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Impact: Low
Effort: Low

Color is sometimes used to convey meaning beyond the basic text. For example, in a course syllabus, you may use color to emphasize an important statement. Or, on a PowerPoint slide showing a multiple choice question, you might show the correct answer in green, but color the incorrect answers in red. Using color to communicate meaning or emphasis is problematic for students with color blindness. If you want to use color to express meaning, you should also provide a supplemental means to convey the information without color.

A related issue is contrast. People who have some vision loss may have difficulty discerning changes in contrast color. When choosing font and background colors, make sure the contrast is strong enough to enable those with some vision loss to read the text. If the background is dark, the text should be a light color; if the background is light, the text should be dark. Avoid neon colors altogether and test readability with multiple devices.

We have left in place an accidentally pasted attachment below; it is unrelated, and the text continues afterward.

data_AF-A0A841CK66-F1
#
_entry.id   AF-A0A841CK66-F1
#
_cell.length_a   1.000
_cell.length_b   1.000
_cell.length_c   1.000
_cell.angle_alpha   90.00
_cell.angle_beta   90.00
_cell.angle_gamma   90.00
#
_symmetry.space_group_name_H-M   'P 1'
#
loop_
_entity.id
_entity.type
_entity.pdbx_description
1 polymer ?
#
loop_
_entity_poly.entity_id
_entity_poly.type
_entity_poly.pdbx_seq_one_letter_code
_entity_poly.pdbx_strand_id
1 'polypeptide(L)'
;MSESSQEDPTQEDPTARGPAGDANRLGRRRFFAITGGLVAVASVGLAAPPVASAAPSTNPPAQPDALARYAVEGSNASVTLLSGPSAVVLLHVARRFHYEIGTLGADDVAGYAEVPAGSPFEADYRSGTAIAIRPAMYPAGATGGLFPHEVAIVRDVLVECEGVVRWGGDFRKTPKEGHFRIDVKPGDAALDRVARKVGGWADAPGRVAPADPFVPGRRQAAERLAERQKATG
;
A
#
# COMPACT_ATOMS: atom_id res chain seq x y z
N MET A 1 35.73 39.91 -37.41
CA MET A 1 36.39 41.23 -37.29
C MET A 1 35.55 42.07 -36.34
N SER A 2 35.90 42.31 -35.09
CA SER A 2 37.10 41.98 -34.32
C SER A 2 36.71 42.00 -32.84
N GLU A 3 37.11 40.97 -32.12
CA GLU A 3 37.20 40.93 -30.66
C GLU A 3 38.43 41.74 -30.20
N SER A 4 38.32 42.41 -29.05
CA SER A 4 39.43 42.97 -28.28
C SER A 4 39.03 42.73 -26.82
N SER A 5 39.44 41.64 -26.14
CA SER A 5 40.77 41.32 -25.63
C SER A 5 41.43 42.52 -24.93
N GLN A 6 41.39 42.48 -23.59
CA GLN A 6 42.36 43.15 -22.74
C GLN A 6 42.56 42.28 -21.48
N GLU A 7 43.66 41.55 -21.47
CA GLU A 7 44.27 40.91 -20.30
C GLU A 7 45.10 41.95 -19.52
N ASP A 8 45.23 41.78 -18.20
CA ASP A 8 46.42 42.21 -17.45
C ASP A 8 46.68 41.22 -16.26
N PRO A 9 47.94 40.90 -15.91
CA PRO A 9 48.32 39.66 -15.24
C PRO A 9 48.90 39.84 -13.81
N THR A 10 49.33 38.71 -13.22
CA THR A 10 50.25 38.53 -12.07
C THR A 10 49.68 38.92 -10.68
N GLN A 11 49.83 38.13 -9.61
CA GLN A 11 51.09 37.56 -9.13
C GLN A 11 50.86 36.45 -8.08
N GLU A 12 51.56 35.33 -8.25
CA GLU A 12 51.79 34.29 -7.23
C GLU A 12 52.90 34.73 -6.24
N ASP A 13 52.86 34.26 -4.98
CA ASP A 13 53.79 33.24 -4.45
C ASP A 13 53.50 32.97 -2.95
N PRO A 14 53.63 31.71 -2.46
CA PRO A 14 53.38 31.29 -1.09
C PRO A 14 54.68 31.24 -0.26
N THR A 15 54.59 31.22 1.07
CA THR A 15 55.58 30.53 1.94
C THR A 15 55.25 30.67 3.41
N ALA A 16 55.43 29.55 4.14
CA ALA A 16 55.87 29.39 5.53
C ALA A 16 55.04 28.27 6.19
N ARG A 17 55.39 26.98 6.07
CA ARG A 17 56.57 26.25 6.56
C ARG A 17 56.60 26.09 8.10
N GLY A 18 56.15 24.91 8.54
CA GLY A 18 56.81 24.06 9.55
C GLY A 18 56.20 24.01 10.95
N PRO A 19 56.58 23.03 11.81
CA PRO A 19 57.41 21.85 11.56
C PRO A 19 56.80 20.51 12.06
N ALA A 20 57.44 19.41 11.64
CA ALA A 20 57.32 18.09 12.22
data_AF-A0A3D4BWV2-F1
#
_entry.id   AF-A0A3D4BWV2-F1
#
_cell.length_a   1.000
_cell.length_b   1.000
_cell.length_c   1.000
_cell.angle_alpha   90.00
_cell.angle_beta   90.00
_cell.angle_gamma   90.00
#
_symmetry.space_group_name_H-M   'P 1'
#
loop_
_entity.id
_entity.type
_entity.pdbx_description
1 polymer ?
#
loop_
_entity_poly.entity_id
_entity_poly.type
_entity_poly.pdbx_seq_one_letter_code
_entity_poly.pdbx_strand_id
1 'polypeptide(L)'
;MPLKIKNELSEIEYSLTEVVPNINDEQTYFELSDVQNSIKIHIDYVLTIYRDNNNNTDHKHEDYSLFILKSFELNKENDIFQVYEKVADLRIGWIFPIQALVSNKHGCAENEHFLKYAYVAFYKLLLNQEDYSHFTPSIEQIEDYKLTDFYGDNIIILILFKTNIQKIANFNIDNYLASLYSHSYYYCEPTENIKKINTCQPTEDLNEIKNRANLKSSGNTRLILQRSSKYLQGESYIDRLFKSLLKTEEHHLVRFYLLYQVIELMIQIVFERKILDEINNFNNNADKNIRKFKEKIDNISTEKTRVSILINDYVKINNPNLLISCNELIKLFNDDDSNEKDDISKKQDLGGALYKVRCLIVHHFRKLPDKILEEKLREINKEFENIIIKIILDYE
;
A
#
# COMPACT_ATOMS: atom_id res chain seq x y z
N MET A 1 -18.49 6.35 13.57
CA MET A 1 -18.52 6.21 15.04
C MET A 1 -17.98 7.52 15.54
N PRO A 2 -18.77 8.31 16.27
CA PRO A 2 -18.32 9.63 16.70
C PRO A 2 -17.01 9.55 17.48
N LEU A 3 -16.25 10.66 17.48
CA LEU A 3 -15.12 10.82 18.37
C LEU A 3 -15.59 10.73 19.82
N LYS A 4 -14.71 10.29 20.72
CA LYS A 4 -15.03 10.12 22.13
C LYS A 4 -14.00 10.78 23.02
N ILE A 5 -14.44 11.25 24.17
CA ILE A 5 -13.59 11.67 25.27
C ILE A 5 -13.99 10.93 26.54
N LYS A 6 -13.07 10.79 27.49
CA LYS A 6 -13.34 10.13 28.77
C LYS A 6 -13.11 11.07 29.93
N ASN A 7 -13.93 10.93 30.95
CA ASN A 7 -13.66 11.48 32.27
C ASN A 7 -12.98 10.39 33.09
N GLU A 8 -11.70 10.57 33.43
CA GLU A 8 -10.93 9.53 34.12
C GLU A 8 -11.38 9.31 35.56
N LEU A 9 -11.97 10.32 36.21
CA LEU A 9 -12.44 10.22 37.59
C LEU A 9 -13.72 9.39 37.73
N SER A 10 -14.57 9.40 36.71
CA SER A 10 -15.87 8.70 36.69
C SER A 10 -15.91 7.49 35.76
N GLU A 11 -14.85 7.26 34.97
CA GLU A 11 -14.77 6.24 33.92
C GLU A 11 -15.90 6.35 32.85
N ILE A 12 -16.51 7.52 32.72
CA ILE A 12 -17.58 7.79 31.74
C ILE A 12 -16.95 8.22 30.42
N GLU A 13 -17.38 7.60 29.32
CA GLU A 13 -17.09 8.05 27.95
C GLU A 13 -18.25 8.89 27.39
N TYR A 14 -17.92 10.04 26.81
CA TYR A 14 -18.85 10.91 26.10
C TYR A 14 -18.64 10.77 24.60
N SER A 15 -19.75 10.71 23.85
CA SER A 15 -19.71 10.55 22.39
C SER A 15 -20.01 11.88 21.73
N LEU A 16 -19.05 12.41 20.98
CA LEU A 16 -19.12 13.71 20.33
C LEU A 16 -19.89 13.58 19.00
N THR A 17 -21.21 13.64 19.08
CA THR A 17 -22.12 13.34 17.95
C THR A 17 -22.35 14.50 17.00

Our effort rating for this task was low because it is easy to avoid using color to convey meaning. We decided on a low rating for impact as well because we do not encounter this issue in our practice as often as some of the other activities in our matrix. In cases we have encountered, the use of color to convey meaning is often redundant, as when a student’s grades that fall below a certain level are displayed in red. Although the color draws attention to the number, the number itself accurately conveys the meaning.


In a good example, survey results reported by gender would display data from males in a red font followed by an asterisk. Colorblind students could identify male data by the asterisks, rather than the colored font.

A poor example might consist of a form in which required fields are denoted in red without any additional indicator that conveys the meaning.

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